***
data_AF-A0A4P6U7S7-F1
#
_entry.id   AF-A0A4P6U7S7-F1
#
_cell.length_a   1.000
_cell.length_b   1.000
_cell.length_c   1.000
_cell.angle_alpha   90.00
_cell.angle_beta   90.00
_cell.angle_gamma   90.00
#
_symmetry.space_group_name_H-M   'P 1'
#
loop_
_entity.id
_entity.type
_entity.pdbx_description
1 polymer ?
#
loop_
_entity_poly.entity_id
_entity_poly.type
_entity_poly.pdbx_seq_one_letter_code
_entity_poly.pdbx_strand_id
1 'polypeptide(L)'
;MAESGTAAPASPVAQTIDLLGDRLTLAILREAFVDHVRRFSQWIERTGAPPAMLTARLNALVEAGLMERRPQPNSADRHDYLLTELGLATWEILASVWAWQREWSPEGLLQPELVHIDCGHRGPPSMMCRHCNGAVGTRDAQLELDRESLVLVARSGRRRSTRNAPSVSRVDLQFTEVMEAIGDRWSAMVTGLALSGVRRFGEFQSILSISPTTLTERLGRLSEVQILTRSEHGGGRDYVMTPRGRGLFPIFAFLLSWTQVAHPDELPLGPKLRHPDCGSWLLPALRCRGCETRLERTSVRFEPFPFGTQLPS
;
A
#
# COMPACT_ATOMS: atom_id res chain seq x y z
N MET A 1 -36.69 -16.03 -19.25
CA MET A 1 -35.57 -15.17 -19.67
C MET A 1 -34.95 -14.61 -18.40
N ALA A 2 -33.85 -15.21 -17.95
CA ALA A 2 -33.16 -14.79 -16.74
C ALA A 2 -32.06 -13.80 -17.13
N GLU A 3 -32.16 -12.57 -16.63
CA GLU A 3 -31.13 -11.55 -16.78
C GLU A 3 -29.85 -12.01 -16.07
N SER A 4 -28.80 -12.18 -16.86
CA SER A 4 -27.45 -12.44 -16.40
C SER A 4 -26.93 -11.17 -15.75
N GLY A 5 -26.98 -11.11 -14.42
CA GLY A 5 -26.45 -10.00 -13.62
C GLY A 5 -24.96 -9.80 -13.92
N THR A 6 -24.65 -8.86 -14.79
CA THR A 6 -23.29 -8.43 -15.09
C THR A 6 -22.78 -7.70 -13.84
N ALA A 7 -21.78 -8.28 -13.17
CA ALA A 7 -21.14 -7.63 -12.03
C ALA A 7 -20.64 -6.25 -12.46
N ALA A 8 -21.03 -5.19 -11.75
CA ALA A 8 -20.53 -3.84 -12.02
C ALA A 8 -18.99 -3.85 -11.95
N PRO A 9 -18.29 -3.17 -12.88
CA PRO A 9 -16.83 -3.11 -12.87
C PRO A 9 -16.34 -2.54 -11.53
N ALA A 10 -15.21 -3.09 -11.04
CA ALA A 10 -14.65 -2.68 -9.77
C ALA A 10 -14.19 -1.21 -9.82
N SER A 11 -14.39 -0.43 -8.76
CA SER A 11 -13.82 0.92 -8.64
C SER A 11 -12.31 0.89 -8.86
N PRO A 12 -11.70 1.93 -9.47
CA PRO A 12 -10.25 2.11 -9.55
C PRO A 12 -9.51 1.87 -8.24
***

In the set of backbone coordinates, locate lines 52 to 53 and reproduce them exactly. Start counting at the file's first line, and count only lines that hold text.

N ALA A 8 -21.03 -5.19 -11.75
CA ALA A 8 -20.53 -3.84 -12.02